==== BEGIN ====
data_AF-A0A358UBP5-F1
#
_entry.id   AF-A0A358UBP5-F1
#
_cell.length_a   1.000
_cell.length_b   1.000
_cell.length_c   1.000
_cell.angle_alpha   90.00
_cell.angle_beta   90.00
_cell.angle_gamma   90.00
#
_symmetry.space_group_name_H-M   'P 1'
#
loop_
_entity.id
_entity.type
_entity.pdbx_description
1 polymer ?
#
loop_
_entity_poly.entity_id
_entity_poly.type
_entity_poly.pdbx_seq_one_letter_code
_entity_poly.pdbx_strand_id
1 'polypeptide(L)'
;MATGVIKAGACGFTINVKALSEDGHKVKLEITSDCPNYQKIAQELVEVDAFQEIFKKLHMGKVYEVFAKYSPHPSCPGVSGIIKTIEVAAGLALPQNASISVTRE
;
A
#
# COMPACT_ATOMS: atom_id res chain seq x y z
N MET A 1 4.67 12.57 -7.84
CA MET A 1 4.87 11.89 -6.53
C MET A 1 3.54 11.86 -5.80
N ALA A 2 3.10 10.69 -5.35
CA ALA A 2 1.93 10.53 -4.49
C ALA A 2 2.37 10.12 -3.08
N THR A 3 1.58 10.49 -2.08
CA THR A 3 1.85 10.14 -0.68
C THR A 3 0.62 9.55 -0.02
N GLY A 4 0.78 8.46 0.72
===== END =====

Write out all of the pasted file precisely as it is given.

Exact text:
data_AF-A0A358UBP5-F1
#
_entry.id   AF-A0A358UBP5-F1
#
_cell.length_a   1.000
_cell.length_b   1.000
_cell.length_c   1.000
_cell.angle_alpha   90.00
_cell.angle_beta   90.00
_cell.angle_gamma   90.00
#
_symmetry.space_group_name_H-M   'P 1'
#
loop_
_entity.id
_entity.type
_entity.pdbx_description
1 polymer ?
#
loop_
_entity_poly.entity_id
_entity_poly.type
_entity_poly.pdbx_seq_one_letter_code
_entity_poly.pdbx_strand_id
1 'polypeptide(L)'
;MATGVIKAGACGFTINVKALSEDGHKVKLEITSDCPNYQKIAQELVEVDAFQEIFKKLHMGKVYEVFAKYSPHPSCPGVSGIIKTIEVAAGLALPQNASISVTRE
;
A
#
# COMPACT_ATOMS: atom_id res chain seq x y z
N MET A 1 4.67 12.57 -7.84
CA MET A 1 4.87 11.89 -6.53
C MET A 1 3.54 11.86 -5.80
N ALA A 2 3.10 10.69 -5.35
CA ALA A 2 1.93 10.53 -4.49
C ALA A 2 2.37 10.12 -3.08
N THR A 3 1.58 10.49 -2.08
CA THR A 3 1.85 10.14 -0.68
C THR A 3 0.62 9.55 -0.02
N GLY A 4 0.78 8.46 0.72